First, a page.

Black and Hispanic kids are disproportionately targeted by ads for sugary sodas, snacks and calorie-laden restaurant foods, researchers reported Tuesday.
They say their report confirms what public health experts have suspected for years — that advertisers of junk foods find a lucrative audience among minorities.
And the researchers who wrote the report say it helps explain why black and Hispanic kids are more likely to be obese than their white peers.
The report finds that African-American children and teens see 70 percent more food-related TV advertising than white kids do. They also see twice as many TV ads for candy, sugary drinks, and snacks, according to the team at the Rudd Center for Food Policy & Obesity at the University of Connecticut, the African-American Collaborative Obesity Research Network and the University of Texas Health Science Center at San Antonio.
“This is a clear case of tactics that must be profitable from the business perspective but at the cost of fostering an environment that promotes poor health in black and Hispanic youth in particular,” said Shiriki Kumanyika, Chair of the African American Collaborative Obesity Research Network, which studies obesity among black Americans.
Study after study shows that Americans — and people in most other countries, too — are getting fatter.
And blacks and Hispanics are far more likely than whites or Asians to be overweight.
While it’s hard to demonstrate that advertising directly causes people to eat too much unhealthy food, the way companies advertise certainly reflects and reinforces preferences, the research team said.
“Previous research has shown that black and Hispanic youth receive a ‘double dose’ of food marketing that promotes products high in sugar, saturated fat, and sodium,” they wrote.
“Compared to white non-Hispanic youth, they are exposed to more food advertising in the media, as well as more marketing messages in their communities.”
The team did an in-depth analysis, looking at 26 restaurant, food, and beverage companies, including all companies with $100 million or more in advertising spending in 2013. They also examined the companies taking part in the voluntary Children’s Food and Beverage Advertising Initiative industry self-regulatory program.
“Systematic searches of marketing trade press and reports, companies’ annual reports, and press releases from 2012 to 2014 identified statements about their targeted marketing practices,” the report reads.
“To identify brands with TV advertising targeted to black and Hispanic audiences, we utilized syndicated market research data from Nielsen.”
They found three brands advertised heavily on Spanish-language television and not at all on English-language broadcasts: 7 Up, Kraft Mayonnaise, and Fuze Iced Tea.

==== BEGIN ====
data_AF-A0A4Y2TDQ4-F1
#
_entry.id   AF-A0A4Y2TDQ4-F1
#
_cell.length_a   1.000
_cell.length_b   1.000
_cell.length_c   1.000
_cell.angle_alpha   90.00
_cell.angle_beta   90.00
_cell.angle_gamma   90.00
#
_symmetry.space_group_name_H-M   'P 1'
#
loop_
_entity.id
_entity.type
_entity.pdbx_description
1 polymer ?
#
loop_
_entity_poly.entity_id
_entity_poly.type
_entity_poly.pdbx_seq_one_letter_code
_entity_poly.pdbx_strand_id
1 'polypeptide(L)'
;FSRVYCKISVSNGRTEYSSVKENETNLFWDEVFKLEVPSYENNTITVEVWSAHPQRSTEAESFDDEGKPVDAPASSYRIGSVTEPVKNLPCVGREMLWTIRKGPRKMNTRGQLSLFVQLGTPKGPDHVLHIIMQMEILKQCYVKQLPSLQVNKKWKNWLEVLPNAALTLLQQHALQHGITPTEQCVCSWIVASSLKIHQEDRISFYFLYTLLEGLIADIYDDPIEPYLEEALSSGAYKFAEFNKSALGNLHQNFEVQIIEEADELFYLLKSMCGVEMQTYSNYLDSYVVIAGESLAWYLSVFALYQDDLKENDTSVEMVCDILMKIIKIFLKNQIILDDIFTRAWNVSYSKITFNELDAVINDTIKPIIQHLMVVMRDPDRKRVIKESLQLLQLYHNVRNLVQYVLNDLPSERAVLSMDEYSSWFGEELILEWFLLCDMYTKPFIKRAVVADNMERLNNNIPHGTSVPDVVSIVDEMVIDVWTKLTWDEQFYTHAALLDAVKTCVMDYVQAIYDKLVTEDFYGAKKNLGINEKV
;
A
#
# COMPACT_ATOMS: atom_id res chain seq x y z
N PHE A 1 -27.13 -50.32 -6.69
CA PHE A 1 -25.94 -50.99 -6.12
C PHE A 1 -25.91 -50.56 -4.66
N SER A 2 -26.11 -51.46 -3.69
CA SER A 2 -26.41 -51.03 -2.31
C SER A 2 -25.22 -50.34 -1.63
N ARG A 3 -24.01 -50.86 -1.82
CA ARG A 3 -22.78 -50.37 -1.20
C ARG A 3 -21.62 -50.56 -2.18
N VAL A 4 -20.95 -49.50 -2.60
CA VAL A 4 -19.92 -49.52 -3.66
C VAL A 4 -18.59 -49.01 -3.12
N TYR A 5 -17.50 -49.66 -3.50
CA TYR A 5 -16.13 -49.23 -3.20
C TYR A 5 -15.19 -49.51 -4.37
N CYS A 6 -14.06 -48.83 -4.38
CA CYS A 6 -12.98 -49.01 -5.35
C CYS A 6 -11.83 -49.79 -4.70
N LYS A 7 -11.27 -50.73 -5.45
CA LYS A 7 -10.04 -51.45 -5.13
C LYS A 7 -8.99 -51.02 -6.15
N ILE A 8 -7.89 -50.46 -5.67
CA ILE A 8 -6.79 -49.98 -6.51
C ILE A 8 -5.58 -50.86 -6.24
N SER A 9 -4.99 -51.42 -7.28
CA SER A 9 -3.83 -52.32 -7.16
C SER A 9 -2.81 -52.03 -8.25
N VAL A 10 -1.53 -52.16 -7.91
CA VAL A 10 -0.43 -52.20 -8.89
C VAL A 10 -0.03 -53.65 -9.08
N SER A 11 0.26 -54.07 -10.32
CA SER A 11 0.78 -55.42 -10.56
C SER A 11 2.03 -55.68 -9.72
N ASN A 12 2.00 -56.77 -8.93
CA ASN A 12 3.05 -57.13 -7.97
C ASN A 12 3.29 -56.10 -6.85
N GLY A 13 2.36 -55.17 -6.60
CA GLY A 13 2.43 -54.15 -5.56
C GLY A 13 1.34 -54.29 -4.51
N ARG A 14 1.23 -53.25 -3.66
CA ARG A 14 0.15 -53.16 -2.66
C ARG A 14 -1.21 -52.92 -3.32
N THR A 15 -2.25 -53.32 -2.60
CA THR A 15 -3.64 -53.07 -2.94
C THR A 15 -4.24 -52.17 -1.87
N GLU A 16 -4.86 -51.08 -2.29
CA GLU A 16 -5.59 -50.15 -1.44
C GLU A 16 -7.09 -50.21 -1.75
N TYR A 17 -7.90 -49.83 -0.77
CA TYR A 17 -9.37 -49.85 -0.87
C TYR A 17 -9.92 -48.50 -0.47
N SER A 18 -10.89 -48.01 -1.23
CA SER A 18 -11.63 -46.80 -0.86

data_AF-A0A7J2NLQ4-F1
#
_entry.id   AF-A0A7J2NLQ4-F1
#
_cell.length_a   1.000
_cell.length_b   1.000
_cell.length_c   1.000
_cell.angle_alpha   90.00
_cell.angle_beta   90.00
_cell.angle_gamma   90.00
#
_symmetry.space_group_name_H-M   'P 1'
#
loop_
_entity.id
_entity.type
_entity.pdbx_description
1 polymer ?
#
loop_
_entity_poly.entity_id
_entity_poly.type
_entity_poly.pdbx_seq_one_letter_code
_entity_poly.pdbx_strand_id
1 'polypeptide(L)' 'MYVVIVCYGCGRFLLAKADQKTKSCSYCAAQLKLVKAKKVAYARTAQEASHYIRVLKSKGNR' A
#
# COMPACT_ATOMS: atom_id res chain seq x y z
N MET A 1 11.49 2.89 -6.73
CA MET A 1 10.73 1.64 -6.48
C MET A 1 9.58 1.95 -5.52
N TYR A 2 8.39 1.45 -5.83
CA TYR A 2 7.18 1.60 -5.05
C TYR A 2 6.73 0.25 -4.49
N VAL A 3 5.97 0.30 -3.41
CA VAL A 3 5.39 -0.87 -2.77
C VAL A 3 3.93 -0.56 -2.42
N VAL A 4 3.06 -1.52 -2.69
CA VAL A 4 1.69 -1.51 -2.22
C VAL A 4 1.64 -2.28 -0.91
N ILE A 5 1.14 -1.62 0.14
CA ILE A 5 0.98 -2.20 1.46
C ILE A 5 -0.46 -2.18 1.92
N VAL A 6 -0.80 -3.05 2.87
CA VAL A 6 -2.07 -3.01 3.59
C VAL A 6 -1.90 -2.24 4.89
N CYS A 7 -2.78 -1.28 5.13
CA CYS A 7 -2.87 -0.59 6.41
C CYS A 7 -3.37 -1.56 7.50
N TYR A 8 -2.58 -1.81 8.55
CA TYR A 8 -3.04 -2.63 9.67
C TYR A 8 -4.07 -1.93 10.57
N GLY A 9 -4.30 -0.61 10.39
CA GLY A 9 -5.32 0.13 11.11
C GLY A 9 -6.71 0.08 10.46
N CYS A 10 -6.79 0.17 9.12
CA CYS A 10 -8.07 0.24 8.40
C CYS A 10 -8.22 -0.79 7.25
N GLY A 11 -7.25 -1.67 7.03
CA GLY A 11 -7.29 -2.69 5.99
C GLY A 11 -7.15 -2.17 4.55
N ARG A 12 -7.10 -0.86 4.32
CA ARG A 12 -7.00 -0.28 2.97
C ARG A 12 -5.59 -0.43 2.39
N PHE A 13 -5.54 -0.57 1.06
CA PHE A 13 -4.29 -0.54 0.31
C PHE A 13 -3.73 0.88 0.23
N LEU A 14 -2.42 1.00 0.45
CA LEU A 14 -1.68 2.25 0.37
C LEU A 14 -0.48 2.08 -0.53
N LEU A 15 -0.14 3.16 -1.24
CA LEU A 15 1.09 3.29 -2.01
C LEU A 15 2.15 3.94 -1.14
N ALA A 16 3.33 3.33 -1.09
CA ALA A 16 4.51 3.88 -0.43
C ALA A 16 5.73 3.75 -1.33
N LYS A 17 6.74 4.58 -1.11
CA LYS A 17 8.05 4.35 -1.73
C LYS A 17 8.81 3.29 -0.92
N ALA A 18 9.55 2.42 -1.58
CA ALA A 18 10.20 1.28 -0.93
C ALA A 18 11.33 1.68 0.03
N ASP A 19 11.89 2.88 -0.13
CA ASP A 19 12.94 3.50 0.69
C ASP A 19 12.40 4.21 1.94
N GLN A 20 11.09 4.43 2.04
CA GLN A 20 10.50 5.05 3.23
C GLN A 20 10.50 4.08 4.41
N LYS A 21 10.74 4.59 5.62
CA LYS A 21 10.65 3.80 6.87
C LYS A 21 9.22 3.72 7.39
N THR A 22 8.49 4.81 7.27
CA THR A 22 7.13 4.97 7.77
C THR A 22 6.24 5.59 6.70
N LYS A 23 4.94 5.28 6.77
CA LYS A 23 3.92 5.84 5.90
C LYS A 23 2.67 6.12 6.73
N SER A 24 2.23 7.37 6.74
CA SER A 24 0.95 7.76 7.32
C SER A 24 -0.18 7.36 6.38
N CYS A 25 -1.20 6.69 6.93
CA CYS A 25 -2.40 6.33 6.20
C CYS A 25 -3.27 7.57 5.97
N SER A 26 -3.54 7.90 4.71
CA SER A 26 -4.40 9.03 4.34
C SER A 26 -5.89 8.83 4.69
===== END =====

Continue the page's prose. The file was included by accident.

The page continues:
“Black children and teens saw at least twice as many ads for gum/mints, soda, and other sugary drinks compared with white children and teens, and black children saw 2.1 times as many candy and regular soda ads and 2.3 times as many gum/mint ads,” the report says.
They’re careful not to blame companies doing what they need to do to stay afloat — advertise and try to sell products.
“In evaluating companies’ targeted marketing practices, it is important to recognize that food and beverage marketing designed to appeal directly to Hispanic and black consumers is not problematic in and of itself,” the researchers write.
“Hispanic consumers spend more than an estimated $1 trillion per year, and they represent one of the largest and fastest growing demographic groups in the United States. Hispanic households also tend to be larger and younger than other households, making them an especially attractive market for consumer goods, including food.”
It does make good business sense, the researchers noted.
“However, this research demonstrates that racial-ethnic targeted food marketing likely contributes to health disparities,” they added.
None of the companies contacted by NBC News responded. Nor did the American Beverage Association, which represents soft drink makers.
“This research confirms public health concerns about food and beverage marketing targeted to black and Hispanic consumers, especially children and adolescents,” the researchers concluded.
“Due to their greater exposure to media and food marketing, proposals to reduce unhealthy food marketing to youth and/or increase marketing of nutritious foods would also greatly benefit black and Hispanic youth. In addition, industry pledges to increase marketing of healthy products must include expansion of advertising in black- and Hispanic-targeted media, where healthier categories are currently significantly underrepresented.”
Advocacy groups should work harder to pressure companies to lay off advertising the least-healthful foods to blacks and Hispanics, the researchers added.
And everyone should be aware of the bombardment kids are under.
“In 2014, on average, children ages 2 to 11 viewed 12.8 food and beverage ads per day on TV alone – almost 4,700 ads per year – and adolescents ages 12 to 17 viewed 15.2 ads per day,” they wrote.